Becoming an NBA All-Star starter for the second straight year, then being in the house watching Villanova, where he played for Jay Wright & Co. more than a decade ago, win the National Championship? Those are things Kyle Lowry says don’t really surprise him.
But being an Olympian? You’ve got to be kidding!
Except the joke’s on all of us. Later this week, Philadelphia’s native Lowry will join Saint Joseph’s Mike Bantom from the celebrated 1972 team that lost that disputed gold medal game to Russia as the only players with a Big Five lineage to play for Team USA in the Olympics. The other one, LaSalle’s Michael Brooks, was selected but never got to compete in Moscow due to the American’s boycott of the 1980 Olympics.
“It’s amazing being an Olympian,” said the 30-year-old Lowry, who’ll be coming off the bench at point guard for Mike Krzyzewski’s team in Rio. “I dreamed about it as kid, but never would’ve imagined it.
“Me being an Olympian is the most surprising thing about this year. Being an All-Star comes from lot of hard work I put in. With Villanova I know how much they worked at it and I know those guys. I was at the game and it was unbelievable.
“And it’s really neat being only the second one from Philly. It means a lot.”
When premier point guards Steph Curry, Chris Paul and Russell Westbrook opted out of going to Rio, it opened up a spot for Lowry, who didn’t hesitate in taking it. While he and his family made the painful decision for them to stay home for safety and health reasons, he’s anxious to finally get there. And eager to participate in all aspects of the Games.
“The fact we’re getting really close it’s hitting us that things are starting to be real,” said Lowry. “I’ve been watching the Olympics going back to 1992.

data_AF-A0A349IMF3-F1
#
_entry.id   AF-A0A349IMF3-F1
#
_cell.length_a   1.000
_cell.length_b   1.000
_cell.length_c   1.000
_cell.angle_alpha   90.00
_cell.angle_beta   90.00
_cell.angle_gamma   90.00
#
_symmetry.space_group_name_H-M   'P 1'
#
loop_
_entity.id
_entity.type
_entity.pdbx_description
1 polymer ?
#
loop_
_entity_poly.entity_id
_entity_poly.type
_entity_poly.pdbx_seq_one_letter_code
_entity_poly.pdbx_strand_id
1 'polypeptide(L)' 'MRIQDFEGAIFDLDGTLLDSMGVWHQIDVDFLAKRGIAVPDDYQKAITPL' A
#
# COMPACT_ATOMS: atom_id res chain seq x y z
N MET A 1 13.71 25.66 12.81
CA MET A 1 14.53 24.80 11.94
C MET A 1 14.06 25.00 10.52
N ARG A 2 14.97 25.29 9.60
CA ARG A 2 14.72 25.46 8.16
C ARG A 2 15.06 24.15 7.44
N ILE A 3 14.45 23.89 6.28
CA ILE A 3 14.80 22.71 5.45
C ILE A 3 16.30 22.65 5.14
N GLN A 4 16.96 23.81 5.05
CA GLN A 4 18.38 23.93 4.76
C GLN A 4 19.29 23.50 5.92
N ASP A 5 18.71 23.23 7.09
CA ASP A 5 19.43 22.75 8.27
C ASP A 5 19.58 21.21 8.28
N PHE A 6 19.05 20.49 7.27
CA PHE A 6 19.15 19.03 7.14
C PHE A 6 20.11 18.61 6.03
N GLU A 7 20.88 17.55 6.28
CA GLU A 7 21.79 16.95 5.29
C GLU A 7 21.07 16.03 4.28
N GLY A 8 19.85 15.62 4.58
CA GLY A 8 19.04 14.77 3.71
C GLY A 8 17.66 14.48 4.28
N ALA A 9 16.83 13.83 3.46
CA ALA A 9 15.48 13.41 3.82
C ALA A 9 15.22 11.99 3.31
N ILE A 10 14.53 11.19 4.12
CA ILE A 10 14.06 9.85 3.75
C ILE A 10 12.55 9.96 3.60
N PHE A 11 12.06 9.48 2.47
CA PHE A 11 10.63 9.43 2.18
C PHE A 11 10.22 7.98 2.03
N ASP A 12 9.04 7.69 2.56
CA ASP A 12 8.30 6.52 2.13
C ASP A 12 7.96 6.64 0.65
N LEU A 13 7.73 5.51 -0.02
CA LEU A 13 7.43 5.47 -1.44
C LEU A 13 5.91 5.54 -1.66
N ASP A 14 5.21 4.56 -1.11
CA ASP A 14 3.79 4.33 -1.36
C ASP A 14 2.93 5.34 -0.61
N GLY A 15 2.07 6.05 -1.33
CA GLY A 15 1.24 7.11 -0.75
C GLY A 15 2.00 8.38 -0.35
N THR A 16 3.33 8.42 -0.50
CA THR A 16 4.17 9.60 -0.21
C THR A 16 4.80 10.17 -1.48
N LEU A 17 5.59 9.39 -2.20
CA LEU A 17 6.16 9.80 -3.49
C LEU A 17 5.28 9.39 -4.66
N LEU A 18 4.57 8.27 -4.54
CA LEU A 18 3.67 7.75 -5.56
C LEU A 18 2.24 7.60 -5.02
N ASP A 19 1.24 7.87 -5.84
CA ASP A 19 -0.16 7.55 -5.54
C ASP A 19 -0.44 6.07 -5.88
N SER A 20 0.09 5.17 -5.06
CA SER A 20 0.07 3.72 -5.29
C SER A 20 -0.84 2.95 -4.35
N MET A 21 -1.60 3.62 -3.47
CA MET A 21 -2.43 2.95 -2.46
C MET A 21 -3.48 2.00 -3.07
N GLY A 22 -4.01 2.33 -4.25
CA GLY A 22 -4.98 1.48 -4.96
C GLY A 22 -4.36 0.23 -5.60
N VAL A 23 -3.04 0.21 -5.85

“We’re gonna do everything there. We’re no different from everyone else. We’ll go to the Opening Ceremonies and I’ll try to support others from the U.S. and go to events.
“But it’s my first Olympics, so I don’t know what to expect.”
As for what to expect when play gets underway, Lowry says Team USA is coming along just fine. Forget the fact Kevin Durant, Kyrie Irving, Paul George, Carmelo Anthony and the rest have destroyed all competition during the warm-up phase. They know it might not be quite so easy when facing quality opposition like Argentina, Spain, Croatia (featuring soon-to-be-Sixer Dario Saric) and France.
“We’re just trying to get more focused,” said Lowry, who averaged a career high 21.2 points and 6.4 assists this past season for the Toronto Raptors, where he’s found an NBA home since 2012 after stops in Memphis and Houston. “Every game we try to continue to work on things. The International game is a bit different, but it’s still basketball. Right now we’re all just working hard together trying to get better to win the gold.”
While that moment is still a few weeks away, the former Cardinal Dougherty standout, who played just two years for Wright and ‘Nova before turning pro in 2006, admits it’s crossed his mind.
“I can’t say I haven’t thought about it,” said Lowry, the No. 24 pick in the 2006 Draft, who’s averaged 13.5 and 5.7 assists over his 10-year career. “But I don’t want to think that far ahead.”
Nor does he even want to contemplate the idea of one day playing in his hometown for a young Sixers team desperately in need of someone who knows how to run an offense and get the ball to the open man.
“I haven’t even thought about it,” he insisted, after guiding the Raptors to 56 wins and an Atlantic Division title, followed by their first ever trip to the Conference Finals, before losing to LeBron James and the eventual champion Cavs in six. “But right now my focus is on winning a gold medal.”
That, along with Kyle Lowry still getting over the shock he’ll be wearing the red, white and blue in Rio.